Between the ages of 15 and 25, men and women are most at risk of developing psychosis. Dr. Shalini Lal, assistant professor in the school of rehabilitation at the Université de Montréal, conducted a study as part of her UBC PhD work examining how people diagnosed with first-episode psychosis felt about the mental health services provided to them. Seventeen participants were recruited to the study under the criteria that they were between 18 to 24 years old, had received a diagnosis in the past three years on the schizophrenia spectrum or affective psychosis, and were involved in an outpatient psychiatric program.
First-episode psychosis is the first time that a person experiences a psychotic episode. While people will vary in the symptoms that they experience, psychoses commonly present as hallucinations, abnormal beliefs and thought processes and changes in emotion such as inappropriate emotional responses to situations.
There are a variety of mental health services and programs provided to people who have been diagnosed with first-episode psychosis, including one-on-one appointments with a therapist or doctor, group therapy sessions and recreational groups. In the study by Lal, the participants were asked to give their perceptions of the treatments they were receiving to determine how the treatments and programs were impacting their resilience and well-being.
Of the treatments that were available, participants often spoke about the benefits of group sessions through education and the feeling of support. Group sessions provided those who were coming to terms with their diagnosis with the opportunity to talk to others who had already gone through the experience of first receiving an identification of psychosis.
“It was really comforting not only getting informed, but feeling the comfort of other people who experienced what you experienced is amazing,” said Maslow, a study participant, in an interview with the researchers.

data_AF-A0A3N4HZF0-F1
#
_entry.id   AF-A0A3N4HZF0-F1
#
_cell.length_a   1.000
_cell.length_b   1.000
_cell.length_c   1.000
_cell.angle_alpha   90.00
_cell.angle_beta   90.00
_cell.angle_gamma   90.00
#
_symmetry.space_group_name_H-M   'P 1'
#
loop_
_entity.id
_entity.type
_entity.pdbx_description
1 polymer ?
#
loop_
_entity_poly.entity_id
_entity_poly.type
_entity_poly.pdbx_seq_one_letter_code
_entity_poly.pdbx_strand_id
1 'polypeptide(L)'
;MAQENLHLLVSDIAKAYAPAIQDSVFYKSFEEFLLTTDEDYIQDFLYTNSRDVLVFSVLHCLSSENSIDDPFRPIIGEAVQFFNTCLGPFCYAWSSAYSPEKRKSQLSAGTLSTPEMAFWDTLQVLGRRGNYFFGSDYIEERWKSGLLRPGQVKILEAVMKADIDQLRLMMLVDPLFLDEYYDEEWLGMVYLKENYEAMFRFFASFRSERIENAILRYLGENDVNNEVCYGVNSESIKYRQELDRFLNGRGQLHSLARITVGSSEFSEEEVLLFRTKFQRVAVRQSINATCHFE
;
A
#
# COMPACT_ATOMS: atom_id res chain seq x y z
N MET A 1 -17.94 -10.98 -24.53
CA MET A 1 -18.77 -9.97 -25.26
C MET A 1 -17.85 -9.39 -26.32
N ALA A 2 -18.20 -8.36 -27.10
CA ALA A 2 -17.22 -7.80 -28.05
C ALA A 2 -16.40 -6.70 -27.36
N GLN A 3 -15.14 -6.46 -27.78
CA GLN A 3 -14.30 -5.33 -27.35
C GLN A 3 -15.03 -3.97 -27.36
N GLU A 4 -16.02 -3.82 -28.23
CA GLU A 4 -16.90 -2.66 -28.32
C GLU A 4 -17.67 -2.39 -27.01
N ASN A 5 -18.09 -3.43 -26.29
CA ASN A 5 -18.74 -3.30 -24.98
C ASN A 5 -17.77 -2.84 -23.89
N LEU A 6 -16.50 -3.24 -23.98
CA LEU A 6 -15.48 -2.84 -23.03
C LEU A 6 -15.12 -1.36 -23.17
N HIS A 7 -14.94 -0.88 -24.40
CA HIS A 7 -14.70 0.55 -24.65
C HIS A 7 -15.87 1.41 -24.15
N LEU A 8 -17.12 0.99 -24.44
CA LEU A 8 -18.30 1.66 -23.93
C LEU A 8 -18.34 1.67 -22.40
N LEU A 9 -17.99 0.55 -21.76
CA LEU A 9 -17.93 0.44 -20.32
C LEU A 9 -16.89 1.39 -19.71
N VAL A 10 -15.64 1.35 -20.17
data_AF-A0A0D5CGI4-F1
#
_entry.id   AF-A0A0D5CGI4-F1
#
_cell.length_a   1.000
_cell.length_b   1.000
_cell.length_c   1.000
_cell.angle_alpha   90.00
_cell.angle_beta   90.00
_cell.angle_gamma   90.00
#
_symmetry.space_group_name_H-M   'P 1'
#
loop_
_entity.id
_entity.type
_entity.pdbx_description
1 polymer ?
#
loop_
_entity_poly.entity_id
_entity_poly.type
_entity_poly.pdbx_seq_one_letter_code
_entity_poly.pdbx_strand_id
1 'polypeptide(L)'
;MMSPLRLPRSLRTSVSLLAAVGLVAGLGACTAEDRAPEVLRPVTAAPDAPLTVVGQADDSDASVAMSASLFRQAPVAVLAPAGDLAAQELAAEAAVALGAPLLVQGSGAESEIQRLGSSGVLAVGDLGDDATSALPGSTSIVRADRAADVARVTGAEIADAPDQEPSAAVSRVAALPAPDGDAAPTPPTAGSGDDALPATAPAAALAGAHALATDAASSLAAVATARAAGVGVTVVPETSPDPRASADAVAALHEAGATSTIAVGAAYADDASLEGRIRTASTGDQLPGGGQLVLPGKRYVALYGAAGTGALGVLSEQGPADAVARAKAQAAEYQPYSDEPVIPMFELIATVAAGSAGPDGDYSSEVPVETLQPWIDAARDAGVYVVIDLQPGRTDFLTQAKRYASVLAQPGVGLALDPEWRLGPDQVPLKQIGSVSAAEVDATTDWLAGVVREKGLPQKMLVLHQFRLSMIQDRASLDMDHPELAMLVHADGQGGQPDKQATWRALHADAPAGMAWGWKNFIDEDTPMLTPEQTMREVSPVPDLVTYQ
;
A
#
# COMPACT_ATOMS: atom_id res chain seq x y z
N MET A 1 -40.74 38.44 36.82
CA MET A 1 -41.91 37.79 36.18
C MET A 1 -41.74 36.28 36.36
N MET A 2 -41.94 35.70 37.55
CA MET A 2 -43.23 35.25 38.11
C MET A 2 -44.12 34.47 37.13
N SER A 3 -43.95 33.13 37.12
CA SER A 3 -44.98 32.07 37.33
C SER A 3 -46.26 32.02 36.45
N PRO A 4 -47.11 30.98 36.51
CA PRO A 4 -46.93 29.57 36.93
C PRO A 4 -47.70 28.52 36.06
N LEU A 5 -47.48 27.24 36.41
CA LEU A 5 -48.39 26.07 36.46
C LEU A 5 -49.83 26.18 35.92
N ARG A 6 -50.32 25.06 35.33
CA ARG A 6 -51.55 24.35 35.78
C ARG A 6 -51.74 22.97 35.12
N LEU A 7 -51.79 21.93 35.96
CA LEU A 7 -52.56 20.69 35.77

“It provides them with a model for recovery or a model for the future, as well as hope for the future. In this context also, they don’t feel that they’re being judged, so they can really express themselves because they know that somebody else has been there in the same or similar situation,” said Lal.
Support groups, service providers and case managers also provided emotional support through non-judgmental empathy and respect for those seeking help. The study found that interactions that provided emotional support contributed to a positive increase in well-being for those experiencing first-episode psychosis.
While some treatments were perceived as helpful in coming to terms with their diagnosis and gaining support, other treatments were felt to be more of a hindrance. Having treatments and programs available to people is important to an extent, but participants in the study felt that involvement in too many programs was detrimental.
Along with overwhelming involvement, the regulations put on some of the services provided — such as group homes — had a negative impact by creating a marginalized, institutional environment rather than a home.
“It’s nothing but trigger after trigger here, so it’s not the right environment for people trying to stay sober,” said Philip, another participant in the study during his study interview.
The study provides greater insight into what people diagnosed with first-episode psychosis experience in the mental healthcare system. While there are components that have a positive impact on well-being and resilience, there are still areas that can be improved upon through accessibility and encouraging continued engagement in treatment programs.
“Early recognition and specialized services for this population are really of a priority, and more and more in Canada, we see these programs being developed. I definitely think that there is still work to be done because the access to these specialized services is not widely available,” said Lal.
Initiatives have been introduced across Canada, focusing on youth mental health, and the findings of the study help to highlight areas that still require development, giving direction to future movements in the mental health field.